Amyloid beta (A?) is the main component of plaques, the central neuropathological hallmark in Alzheimer's disease (AD). A? is derived from the amyloid precursor protein (APP) by ?- and ?-secretase-mediated cleavages. A large number of A? peptides are found in cerebrospinal fluid and these peptides are produced in specific metabolic pathways, which are important for diagnosis, in drug development and to explore disease pathogenesis. To investigate whether a similar pattern could be found also in blood samples, an immunoprecipitation (IP) based method for enrichment of A? peptides from human plasma was developed. The peptides were analyzed using matrix-assisted-laser-desorption/ionization time-of-flight/time-of-flight mass spectrometry for A? profiling and selected reaction monitoring (SRM) for MS quantification of A?1-38, A?1-40 and A?1-42 using tripe quadrupole MS. Sixteen N- or C-terminally truncated A? peptides were reproducibly detected in human plasma, of which 11 were verified by tandem MS. In a pilot study including 9 AD patients and 10 controls, where A?1-38, A?1-40 and A?1-42 were quantified using SRM, no AD-associated change in plasma levels of the peptides were observed. Using MS-based measurement techniques, we show that several A? peptides can be monitored in a single analysis and the developed methods have the potential to be used as a read out in clinical trials of drugs affecting APP processing or A? homeostasis.
Incidence and mortality for sex-unspecific cancers are higher among men, a fact that is largely unexplained. Furthermore, age-related loss of chromosome Y (LOY) is frequent in normal hematopoietic cells, but the phenotypic consequences of LOY have been elusive. From analysis of 1,153 elderly men, we report that LOY in peripheral blood was associated with risks of all-cause mortality (hazards ratio (HR) = 1.91, 95% confidence interval (CI) = 1.17-3.13; 637 events) and non-hematological cancer mortality (HR = 3.62, 95% CI = 1.56-8.41; 132 events). LOY affected at least 8.2% of the subjects in this cohort, and median survival times among men with LOY were 5.5 years shorter. Association of LOY with risk of all-cause mortality was validated in an independent cohort (HR = 3.66) in which 20.5% of subjects showed LOY. These results illustrate the impact of post-zygotic mosaicism on disease risk, could explain why males are more frequently affected by cancer and suggest that chromosome Y is important in processes beyond sex determination. LOY in blood could become a predictive biomarker of male carcinogenesis.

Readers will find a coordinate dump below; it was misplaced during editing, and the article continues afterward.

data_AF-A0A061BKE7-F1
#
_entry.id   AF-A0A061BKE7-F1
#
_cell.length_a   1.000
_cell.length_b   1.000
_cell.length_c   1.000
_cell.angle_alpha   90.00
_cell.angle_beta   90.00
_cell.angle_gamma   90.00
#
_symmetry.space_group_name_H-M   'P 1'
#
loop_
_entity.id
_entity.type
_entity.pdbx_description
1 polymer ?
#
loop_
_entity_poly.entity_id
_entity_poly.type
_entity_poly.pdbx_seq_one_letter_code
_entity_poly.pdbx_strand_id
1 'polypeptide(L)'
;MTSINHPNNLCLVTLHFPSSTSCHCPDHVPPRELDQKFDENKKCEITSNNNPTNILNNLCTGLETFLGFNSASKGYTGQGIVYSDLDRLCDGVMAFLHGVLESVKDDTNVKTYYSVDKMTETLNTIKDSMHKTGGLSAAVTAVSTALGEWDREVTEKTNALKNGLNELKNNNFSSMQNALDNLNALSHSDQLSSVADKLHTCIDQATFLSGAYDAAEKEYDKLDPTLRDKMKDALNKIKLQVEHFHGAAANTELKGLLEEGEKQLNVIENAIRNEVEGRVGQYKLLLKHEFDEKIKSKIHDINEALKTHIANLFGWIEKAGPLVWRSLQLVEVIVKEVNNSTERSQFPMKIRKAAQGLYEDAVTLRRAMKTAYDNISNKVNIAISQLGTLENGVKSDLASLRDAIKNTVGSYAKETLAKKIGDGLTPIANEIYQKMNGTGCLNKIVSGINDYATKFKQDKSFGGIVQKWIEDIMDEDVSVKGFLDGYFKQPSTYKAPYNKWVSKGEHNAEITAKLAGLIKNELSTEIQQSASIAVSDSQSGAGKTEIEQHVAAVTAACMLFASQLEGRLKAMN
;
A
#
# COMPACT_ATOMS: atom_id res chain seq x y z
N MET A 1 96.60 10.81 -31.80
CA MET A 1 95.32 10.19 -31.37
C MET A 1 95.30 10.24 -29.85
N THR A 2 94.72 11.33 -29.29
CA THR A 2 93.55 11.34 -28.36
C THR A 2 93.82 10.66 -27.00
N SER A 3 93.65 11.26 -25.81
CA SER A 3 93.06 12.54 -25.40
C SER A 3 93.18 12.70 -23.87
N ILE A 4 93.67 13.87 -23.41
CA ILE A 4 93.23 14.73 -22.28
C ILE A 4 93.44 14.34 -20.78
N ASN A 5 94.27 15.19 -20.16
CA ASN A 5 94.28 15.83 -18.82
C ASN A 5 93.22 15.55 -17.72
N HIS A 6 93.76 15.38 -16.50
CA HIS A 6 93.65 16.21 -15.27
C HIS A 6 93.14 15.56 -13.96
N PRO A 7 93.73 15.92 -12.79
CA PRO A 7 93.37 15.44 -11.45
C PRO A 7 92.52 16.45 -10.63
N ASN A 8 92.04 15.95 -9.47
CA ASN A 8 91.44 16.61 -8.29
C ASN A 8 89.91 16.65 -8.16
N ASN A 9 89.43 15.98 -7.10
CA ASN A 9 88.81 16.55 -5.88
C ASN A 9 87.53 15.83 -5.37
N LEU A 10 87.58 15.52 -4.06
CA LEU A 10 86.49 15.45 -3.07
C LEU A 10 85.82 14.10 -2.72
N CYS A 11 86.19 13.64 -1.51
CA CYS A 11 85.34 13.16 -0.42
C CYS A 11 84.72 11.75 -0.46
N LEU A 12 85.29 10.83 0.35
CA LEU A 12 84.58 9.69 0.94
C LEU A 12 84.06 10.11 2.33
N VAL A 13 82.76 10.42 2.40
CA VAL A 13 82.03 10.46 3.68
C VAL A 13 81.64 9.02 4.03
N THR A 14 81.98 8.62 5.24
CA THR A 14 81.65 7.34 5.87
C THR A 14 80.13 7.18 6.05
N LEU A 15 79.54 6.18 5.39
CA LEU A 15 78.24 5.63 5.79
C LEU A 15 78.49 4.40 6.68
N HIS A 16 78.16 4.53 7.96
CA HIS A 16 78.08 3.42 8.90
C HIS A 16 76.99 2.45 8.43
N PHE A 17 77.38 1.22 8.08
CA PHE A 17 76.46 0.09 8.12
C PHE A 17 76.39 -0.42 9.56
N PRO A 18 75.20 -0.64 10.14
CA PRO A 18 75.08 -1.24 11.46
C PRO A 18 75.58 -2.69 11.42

Several lines of evidence suggest that accumulation of aggregated alpha-synuclein (?-synuclein) in the central nervous system (CNS) is an early pathogenic event in Parkinson's disease and other Lewy body disorders. In recent years, animal studies have indicated immunotherapy with antibodies directed against ?-synuclein as a promising novel treatment strategy. Since large ?-synuclein oligomers, or protofibrils, have been demonstrated to possess pronounced cytotoxic properties, such species should be particularly attractive as therapeutic targets. In support of this, (Thy-1)-h[A30P] ?-synuclein transgenic mice with motor dysfunction symptoms were found to display increased levels of ?-synuclein protofibrils in the CNS. An ?-synuclein protofibril-selective monoclonal antibody (mAb47) was evaluated in this ?-synuclein transgenic mouse model. As measured by ELISA, 14month old mice treated for 14weeks with weekly intraperitoneal injections of mAb47 displayed significantly lower levels of both soluble and membrane-associated protofibrils in the spinal cord. Besides the lower levels of pathogenic ?-synuclein demonstrated, a reduction of motor dysfunction in transgenic mice upon peripheral administration of mAb47 was indicated. Thus, immunotherapy with antibodies targeting toxic ?-synuclein species holds promise as a future disease-modifying treatment in Parkinson's disease and related disorders.